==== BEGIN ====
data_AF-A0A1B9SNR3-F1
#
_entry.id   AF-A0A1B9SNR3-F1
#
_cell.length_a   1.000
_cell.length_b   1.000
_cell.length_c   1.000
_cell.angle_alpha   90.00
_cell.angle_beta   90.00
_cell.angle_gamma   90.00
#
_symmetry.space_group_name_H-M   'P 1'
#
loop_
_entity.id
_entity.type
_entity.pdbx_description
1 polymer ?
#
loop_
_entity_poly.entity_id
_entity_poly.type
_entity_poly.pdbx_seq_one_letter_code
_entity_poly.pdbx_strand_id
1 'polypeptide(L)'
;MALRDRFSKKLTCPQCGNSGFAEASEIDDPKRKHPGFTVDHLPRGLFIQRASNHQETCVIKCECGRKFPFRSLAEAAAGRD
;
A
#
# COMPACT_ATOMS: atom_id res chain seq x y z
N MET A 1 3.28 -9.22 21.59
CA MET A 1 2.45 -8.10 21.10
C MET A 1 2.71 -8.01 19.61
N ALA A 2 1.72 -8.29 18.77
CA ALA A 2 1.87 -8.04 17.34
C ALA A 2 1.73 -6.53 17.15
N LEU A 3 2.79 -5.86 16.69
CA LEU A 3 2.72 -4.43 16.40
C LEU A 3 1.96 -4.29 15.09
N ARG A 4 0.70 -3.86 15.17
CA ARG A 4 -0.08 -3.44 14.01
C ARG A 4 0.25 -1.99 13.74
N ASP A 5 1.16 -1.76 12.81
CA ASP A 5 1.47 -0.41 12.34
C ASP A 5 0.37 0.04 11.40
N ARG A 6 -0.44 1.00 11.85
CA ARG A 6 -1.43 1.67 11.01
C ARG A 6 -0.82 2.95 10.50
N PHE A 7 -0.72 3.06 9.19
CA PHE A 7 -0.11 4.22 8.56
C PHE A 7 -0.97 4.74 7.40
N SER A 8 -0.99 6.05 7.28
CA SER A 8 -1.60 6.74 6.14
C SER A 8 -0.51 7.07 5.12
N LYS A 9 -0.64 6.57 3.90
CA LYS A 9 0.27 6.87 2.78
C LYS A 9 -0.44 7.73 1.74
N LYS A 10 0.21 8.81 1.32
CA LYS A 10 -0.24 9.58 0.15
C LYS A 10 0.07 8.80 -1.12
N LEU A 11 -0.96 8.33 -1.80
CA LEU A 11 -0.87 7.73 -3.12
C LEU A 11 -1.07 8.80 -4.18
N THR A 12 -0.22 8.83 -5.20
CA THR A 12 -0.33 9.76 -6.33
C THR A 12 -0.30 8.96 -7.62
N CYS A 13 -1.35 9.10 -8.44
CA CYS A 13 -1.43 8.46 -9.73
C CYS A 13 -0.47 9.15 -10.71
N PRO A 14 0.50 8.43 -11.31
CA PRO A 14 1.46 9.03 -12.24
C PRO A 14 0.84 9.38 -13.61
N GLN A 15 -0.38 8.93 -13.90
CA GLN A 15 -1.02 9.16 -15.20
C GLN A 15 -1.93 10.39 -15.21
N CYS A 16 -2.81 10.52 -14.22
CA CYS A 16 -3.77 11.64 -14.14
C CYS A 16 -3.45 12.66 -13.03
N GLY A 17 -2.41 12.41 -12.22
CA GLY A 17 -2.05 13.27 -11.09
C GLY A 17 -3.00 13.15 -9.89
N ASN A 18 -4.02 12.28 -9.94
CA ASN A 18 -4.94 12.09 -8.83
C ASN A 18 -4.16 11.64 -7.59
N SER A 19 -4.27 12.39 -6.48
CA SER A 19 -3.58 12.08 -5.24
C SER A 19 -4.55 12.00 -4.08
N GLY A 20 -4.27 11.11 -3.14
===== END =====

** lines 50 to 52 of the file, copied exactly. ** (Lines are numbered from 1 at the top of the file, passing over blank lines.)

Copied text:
CA PHE A 7 -0.11 4.22 8.56
C PHE A 7 -0.97 4.74 7.40
N SER A 8 -0.99 6.05 7.28